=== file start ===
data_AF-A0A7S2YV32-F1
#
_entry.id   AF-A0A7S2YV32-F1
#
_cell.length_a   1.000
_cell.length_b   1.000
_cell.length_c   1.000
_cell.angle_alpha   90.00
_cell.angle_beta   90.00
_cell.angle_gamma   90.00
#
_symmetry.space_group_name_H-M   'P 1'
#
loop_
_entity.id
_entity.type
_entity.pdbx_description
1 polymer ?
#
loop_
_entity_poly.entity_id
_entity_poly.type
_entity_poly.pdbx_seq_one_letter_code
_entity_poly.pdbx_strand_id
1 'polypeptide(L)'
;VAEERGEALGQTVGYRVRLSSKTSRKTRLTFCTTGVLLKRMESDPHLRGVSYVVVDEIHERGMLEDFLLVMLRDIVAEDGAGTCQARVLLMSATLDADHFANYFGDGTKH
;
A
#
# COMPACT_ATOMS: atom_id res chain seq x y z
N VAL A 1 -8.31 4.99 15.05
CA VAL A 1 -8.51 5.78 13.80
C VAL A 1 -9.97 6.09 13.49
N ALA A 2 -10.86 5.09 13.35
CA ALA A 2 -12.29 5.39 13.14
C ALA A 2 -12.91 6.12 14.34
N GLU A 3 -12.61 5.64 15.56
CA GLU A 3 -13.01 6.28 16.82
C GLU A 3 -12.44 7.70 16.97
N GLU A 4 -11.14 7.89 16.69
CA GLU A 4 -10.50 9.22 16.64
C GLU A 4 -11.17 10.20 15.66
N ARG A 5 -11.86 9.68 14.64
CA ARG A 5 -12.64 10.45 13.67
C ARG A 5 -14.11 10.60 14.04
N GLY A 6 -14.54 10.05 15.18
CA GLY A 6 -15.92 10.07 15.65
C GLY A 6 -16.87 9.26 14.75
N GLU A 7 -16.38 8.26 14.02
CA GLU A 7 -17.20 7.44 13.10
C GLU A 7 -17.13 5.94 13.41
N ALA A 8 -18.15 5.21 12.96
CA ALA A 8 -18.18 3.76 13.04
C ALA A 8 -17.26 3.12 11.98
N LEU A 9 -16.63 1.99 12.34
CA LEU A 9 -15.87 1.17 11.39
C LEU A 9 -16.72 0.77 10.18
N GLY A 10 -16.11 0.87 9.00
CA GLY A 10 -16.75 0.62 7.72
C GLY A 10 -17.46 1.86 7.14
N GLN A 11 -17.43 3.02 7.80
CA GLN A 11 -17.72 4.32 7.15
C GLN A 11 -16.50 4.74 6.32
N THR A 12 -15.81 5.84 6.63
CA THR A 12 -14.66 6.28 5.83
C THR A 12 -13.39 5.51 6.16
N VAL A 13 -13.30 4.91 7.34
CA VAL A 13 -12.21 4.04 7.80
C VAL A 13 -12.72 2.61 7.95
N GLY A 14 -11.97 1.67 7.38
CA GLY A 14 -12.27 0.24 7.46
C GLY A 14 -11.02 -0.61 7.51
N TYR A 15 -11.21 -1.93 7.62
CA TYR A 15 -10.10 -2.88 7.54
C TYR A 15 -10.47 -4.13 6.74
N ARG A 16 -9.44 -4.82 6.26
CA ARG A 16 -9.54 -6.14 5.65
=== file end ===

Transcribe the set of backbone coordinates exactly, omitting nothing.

data_AF-A0A7S2YV32-F1
#
_entry.id   AF-A0A7S2YV32-F1
#
_cell.length_a   1.000
_cell.length_b   1.000
_cell.length_c   1.000
_cell.angle_alpha   90.00
_cell.angle_beta   90.00
_cell.angle_gamma   90.00
#
_symmetry.space_group_name_H-M   'P 1'
#
loop_
_entity.id
_entity.type
_entity.pdbx_description
1 polymer ?
#
loop_
_entity_poly.entity_id
_entity_poly.type
_entity_poly.pdbx_seq_one_letter_code
_entity_poly.pdbx_strand_id
1 'polypeptide(L)'
;VAEERGEALGQTVGYRVRLSSKTSRKTRLTFCTTGVLLKRMESDPHLRGVSYVVVDEIHERGMLEDFLLVMLRDIVAEDGAGTCQARVLLMSATLDADHFANYFGDGTKH
;
A
#
# COMPACT_ATOMS: atom_id res chain seq x y z
N VAL A 1 -8.31 4.99 15.05
CA VAL A 1 -8.51 5.78 13.80
C VAL A 1 -9.97 6.09 13.49
N ALA A 2 -10.86 5.09 13.35
CA ALA A 2 -12.29 5.39 13.14
C ALA A 2 -12.91 6.12 14.34
N GLU A 3 -12.61 5.64 15.56
CA GLU A 3 -13.01 6.28 16.82
C GLU A 3 -12.44 7.70 16.97
N GLU A 4 -11.14 7.89 16.69
CA GLU A 4 -10.50 9.22 16.64
C GLU A 4 -11.17 10.20 15.66
N ARG A 5 -11.86 9.68 14.64
CA ARG A 5 -12.64 10.45 13.67
C ARG A 5 -14.11 10.60 14.04
N GLY A 6 -14.54 10.05 15.18
CA GLY A 6 -15.92 10.07 15.65
C GLY A 6 -16.87 9.26 14.75
N GLU A 7 -16.38 8.26 14.02
CA GLU A 7 -17.20 7.44 13.10
C GLU A 7 -17.13 5.94 13.41
N ALA A 8 -18.15 5.21 12.96
CA ALA A 8 -18.18 3.76 13.04
C ALA A 8 -17.26 3.12 11.98
N LEU A 9 -16.63 1.99 12.34
CA LEU A 9 -15.87 1.17 11.39
C LEU A 9 -16.72 0.77 10.18
N GLY A 10 -16.11 0.87 9.00
CA GLY A 10 -16.75 0.62 7.72
C GLY A 10 -17.46 1.86 7.14
N GLN A 11 -17.43 3.02 7.80
CA GLN A 11 -17.72 4.32 7.15
C GLN A 11 -16.50 4.74 6.32
N THR A 12 -15.81 5.84 6.63
CA THR A 12 -14.66 6.28 5.83
C THR A 12 -13.39 5.51 6.16
N VAL A 13 -13.30 4.91 7.34
CA VAL A 13 -12.21 4.04 7.80
C VAL A 13 -12.72 2.61 7.95
N GLY A 14 -11.97 1.67 7.38
CA GLY A 14 -12.27 0.24 7.46
C GLY A 14 -11.02 -0.61 7.51
N TYR A 15 -11.21 -1.93 7.62
CA TYR A 15 -10.10 -2.88 7.54
C TYR A 15 -10.47 -4.13 6.74
N ARG A 16 -9.44 -4.82 6.26
CA ARG A 16 -9.54 -6.14 5.65